Advent of Joy

I should probably warn you up front that I may not be the ideal candidate to be writing a Christmas themed post. When I was single, my holiday decorating consisted solely of finding the pre-decorated 6 inch artificial Christmas tree I had once received as a gift, taking it out of its box, and setting it on a table. If I am by myself I very rarely listen to Christmas music, and I may have briefly dozed off one year during a performance of Handel’s Messiah at the Kimmel Center. I am more likely to feel rage over the absurd waste of the holiday-industrial complex that both distorts the holiday’s meaning and robs those in genuine need of help than I am to enjoy the parties, the lights and the songs. I’m a real hoot. I learned during a recent visit to the Barclay Farmstead that Quakers did not celebrate Christmas as they thought all days should be treated the same; I felt like I had found my tribe.

It could be, perhaps, that my shoes are too tight. It could be that my head isn’t screwed on just right. But I think the most likely reason of all is that my heart is 2 sizes too small. I am something of a joy-challenged individual, and I’m trying, again, to repent.

God is the most joyous being in the universe, and it was for the joy set before him that Jesus endured all that was required for our redemption. But before the courageous acts of the passion week he had to experience the scenes of helpless infancy in the manger. He came to dwell among us and began to bear witness of a different kind of life.

Wherever he walked and whatever circumstances he encountered, he brought an unhurried presence of peace and joy and rest. He bore witness that the kingdom of God was at hand. It was available to anyone who wanted it. Anyone who was poor or meek or mourning. Anyone who wanted something more and different from what the world had said was available. To those who had everything and those who had nothing, the good news was here. As Tim Keller has put it so well, “The gospel is this: We are more sinful and flawed in ourselves than we ever dared believe, yet at the very same time we are more loved and accepted in Jesus Christ than we ever dared hope.”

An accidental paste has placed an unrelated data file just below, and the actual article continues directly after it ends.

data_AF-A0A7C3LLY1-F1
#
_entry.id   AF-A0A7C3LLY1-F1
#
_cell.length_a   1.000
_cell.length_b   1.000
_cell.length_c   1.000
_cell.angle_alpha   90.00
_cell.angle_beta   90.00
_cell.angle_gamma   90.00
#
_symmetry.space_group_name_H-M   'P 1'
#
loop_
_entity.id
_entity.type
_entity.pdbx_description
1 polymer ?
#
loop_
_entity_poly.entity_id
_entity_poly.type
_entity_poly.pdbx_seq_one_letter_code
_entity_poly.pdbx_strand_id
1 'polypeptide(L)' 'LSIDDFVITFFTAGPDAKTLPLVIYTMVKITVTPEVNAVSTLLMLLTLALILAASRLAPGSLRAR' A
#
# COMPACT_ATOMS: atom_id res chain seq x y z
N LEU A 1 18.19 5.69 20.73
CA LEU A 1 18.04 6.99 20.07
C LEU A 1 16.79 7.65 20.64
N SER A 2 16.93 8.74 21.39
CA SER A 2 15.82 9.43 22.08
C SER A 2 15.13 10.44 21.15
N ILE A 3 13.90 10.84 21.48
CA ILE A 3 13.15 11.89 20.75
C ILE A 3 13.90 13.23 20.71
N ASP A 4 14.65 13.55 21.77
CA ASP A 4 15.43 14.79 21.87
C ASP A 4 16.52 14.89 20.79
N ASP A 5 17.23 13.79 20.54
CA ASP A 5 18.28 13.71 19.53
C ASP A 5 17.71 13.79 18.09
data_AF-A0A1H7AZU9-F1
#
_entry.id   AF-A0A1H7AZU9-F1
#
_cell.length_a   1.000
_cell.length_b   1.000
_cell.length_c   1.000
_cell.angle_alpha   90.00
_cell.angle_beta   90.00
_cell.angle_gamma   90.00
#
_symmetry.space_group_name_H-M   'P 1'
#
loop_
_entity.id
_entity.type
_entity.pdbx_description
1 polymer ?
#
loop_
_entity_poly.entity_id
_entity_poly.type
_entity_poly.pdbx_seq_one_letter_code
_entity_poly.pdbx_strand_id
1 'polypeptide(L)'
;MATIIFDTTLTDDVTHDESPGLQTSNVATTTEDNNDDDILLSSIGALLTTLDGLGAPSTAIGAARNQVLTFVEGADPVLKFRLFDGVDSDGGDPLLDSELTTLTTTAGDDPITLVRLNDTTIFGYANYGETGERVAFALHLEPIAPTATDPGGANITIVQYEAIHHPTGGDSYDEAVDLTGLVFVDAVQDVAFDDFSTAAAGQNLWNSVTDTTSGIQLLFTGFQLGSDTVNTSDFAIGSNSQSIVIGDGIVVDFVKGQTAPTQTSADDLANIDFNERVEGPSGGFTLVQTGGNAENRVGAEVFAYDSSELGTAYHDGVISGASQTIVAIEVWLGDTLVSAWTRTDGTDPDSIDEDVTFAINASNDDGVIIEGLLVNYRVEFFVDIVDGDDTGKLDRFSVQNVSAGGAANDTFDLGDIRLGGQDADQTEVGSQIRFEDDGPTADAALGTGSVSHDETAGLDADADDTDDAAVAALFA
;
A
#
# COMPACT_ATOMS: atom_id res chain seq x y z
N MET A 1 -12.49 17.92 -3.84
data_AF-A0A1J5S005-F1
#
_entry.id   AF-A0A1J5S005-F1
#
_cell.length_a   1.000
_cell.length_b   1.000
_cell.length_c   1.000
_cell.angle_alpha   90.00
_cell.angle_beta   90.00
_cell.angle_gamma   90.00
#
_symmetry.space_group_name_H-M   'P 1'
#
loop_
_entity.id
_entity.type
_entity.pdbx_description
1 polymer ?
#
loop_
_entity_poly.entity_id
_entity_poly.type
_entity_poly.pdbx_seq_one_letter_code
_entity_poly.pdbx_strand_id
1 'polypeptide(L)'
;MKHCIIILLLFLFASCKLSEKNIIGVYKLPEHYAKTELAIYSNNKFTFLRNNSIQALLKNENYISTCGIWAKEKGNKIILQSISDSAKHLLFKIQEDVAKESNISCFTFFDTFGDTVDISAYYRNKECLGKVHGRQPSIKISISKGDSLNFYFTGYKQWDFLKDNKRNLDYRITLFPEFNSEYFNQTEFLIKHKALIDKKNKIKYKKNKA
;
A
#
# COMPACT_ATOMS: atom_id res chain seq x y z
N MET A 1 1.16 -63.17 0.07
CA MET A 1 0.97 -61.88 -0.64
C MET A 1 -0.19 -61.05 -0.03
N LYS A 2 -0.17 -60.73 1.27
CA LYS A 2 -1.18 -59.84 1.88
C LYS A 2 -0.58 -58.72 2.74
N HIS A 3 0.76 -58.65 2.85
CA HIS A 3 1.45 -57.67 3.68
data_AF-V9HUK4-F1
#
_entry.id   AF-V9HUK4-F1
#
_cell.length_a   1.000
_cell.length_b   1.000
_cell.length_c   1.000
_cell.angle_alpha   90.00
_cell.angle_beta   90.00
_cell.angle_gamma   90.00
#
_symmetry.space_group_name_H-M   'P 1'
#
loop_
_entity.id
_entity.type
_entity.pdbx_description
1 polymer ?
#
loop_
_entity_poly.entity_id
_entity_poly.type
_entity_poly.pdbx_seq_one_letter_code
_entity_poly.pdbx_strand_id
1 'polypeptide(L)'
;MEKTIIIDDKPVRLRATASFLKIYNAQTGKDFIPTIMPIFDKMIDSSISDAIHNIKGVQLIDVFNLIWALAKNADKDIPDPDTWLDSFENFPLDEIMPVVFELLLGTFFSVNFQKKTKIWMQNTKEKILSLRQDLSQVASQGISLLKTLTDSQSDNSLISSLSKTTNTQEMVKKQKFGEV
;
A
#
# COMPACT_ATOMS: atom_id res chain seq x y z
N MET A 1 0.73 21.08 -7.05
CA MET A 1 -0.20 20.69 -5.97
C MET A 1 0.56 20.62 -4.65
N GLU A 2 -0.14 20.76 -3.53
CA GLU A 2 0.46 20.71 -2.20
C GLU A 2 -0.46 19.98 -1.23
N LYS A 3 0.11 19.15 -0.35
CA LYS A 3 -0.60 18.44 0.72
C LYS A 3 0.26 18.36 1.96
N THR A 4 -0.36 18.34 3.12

Whether you look forward to this season all year or are just praying to get through it, the same grace and love and mercy are here. Jesus offered them to you when he offered his body. He invites us now, as his followers, to offer these same gifts through our bodies to those around us. Let us, with joy, bear witness to the light.

by Steve Lamp

Steve and his wife Melissa began attending Kingsway in 2014. Not normally prone to public displays of emotion, he wept during the first worship service and knew he had found home. As an avid reader, Steve believes the ideas we allow into our minds are critical to our spiritual formation. He enjoys exploring nature, playing and spending time with his two young sons and over-quoting his favorite authors, C.S. Lewis and Dallas Willard.